I have two suggestions that you might consider. Neither is a panacea but one or the other might help.
If this happens frequently, or is likely to, have a colleague who has "native" speaking skills and with whom you are in frequent successful communication listen for questions and relay them to you as needed. They can understand the speaker and you can understand them. I'm very deaf and have trouble understanding almost every conversation. But I can communicate well with my spouse, as I hear her everyday and know how her mouth moves when she is speaking. She often has to interpret for me in any social situation, even among friends where accent and language are not an issue. Some deaf speakers have colleagues or others use sign language to relay questions.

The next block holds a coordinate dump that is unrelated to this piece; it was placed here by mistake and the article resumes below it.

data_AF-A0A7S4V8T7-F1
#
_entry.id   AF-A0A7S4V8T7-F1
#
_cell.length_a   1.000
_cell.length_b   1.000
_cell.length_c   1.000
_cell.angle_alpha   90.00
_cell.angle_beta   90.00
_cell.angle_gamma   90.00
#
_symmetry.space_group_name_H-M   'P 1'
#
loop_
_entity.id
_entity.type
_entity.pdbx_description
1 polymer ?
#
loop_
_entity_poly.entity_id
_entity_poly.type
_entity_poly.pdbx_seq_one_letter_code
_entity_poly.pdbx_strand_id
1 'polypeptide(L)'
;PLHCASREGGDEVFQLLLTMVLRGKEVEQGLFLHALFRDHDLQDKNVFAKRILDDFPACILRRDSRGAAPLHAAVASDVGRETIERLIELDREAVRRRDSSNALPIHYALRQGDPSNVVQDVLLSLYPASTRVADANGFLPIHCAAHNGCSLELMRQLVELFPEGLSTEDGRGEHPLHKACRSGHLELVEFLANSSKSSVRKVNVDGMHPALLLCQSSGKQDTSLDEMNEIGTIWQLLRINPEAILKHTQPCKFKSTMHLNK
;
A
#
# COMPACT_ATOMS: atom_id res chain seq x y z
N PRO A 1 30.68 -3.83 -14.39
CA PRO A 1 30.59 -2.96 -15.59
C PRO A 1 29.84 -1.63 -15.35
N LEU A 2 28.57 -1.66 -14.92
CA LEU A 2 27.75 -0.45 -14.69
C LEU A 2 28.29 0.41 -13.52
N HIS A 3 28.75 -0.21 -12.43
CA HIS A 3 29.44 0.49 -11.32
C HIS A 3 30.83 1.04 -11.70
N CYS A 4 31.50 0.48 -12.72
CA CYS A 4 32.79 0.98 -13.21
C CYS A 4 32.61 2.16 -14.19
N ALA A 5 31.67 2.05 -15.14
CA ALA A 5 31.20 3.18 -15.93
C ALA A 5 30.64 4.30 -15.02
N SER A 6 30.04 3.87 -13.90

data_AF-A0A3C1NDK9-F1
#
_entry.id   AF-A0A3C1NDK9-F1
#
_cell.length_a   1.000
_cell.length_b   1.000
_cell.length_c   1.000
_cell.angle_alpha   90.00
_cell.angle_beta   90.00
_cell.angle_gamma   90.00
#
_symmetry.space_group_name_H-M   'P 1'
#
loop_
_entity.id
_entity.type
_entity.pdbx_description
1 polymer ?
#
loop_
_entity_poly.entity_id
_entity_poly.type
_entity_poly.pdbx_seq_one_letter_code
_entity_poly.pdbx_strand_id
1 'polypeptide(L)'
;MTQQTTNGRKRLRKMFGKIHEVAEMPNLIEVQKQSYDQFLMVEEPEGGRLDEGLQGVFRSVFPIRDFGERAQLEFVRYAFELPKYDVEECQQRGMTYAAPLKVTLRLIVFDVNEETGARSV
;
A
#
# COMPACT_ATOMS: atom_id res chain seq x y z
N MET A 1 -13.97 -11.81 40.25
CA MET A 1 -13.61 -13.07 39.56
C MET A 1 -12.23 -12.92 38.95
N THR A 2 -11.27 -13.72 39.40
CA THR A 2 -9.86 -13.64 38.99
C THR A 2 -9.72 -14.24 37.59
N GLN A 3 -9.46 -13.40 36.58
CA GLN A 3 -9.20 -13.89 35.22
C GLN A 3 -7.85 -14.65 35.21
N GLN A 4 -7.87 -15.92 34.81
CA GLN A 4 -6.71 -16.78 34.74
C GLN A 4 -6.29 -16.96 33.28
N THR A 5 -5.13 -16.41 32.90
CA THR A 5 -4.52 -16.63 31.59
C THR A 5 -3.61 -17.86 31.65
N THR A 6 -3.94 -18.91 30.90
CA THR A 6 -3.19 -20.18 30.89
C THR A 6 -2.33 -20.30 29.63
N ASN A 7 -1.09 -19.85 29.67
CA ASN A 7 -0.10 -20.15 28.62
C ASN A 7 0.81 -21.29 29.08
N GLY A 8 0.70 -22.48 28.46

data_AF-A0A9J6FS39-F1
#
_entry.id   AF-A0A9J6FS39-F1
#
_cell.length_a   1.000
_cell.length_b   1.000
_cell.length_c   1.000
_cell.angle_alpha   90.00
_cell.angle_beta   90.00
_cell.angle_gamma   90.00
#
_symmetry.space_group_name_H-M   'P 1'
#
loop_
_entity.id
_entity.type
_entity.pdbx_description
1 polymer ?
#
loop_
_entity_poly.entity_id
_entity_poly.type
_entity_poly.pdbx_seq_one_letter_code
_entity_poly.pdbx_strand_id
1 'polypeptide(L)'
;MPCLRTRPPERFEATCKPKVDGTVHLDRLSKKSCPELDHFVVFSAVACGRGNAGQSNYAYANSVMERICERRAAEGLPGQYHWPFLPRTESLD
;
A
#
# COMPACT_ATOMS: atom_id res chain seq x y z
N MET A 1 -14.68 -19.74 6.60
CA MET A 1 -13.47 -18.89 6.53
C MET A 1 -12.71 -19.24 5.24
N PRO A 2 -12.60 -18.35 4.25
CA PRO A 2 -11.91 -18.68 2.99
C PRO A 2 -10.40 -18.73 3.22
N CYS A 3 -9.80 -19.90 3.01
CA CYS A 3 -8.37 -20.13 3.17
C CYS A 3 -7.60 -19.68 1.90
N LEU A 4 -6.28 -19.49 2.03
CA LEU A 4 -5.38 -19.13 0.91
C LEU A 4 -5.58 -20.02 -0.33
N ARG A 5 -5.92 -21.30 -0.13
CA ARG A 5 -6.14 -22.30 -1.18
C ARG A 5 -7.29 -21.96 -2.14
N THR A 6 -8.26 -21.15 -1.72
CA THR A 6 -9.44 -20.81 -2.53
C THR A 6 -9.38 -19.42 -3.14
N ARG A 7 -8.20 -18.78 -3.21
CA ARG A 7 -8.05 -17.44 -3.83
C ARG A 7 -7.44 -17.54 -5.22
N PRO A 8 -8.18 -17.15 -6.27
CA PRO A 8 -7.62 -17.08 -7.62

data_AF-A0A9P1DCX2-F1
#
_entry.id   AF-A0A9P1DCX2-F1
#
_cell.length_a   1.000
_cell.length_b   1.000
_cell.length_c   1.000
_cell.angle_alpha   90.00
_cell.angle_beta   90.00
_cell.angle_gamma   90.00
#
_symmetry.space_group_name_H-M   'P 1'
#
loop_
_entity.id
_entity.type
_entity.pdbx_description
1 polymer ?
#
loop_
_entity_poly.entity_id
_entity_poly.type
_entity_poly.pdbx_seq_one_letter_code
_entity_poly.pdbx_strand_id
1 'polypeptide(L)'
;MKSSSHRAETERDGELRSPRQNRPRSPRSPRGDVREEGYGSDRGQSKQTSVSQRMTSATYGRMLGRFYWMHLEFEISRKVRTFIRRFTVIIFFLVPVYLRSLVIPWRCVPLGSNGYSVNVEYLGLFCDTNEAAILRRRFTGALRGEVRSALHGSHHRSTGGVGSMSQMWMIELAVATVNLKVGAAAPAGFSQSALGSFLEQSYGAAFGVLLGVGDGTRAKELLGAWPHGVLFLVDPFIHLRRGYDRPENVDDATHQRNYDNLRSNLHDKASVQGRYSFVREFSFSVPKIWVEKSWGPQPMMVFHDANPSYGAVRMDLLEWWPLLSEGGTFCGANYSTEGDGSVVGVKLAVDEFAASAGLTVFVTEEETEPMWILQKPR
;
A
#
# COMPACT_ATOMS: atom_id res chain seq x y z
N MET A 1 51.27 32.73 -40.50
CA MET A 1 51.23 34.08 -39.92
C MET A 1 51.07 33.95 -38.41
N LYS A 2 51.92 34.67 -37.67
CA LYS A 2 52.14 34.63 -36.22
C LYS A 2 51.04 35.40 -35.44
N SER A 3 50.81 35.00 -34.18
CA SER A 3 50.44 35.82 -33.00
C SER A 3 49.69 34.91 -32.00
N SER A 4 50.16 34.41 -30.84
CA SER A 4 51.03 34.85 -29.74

The second way, that works in some, but not all, situations, is to ask the questioner to meet with you after the talk in a quieter environment where conversation is easier and you can have some back-and-forth that is hard in a public space. Questions asked in auditoriums can be hard to hear even in the best case. A disadvantage, of course, is that others don't get to hear your answer. But even here, giving "I'm not a native speaker" as the reason for the request to meet is probably a good idea.
But I would avoid any suggestion that the other has an accent or other possible communication issue. Own the problem yourself.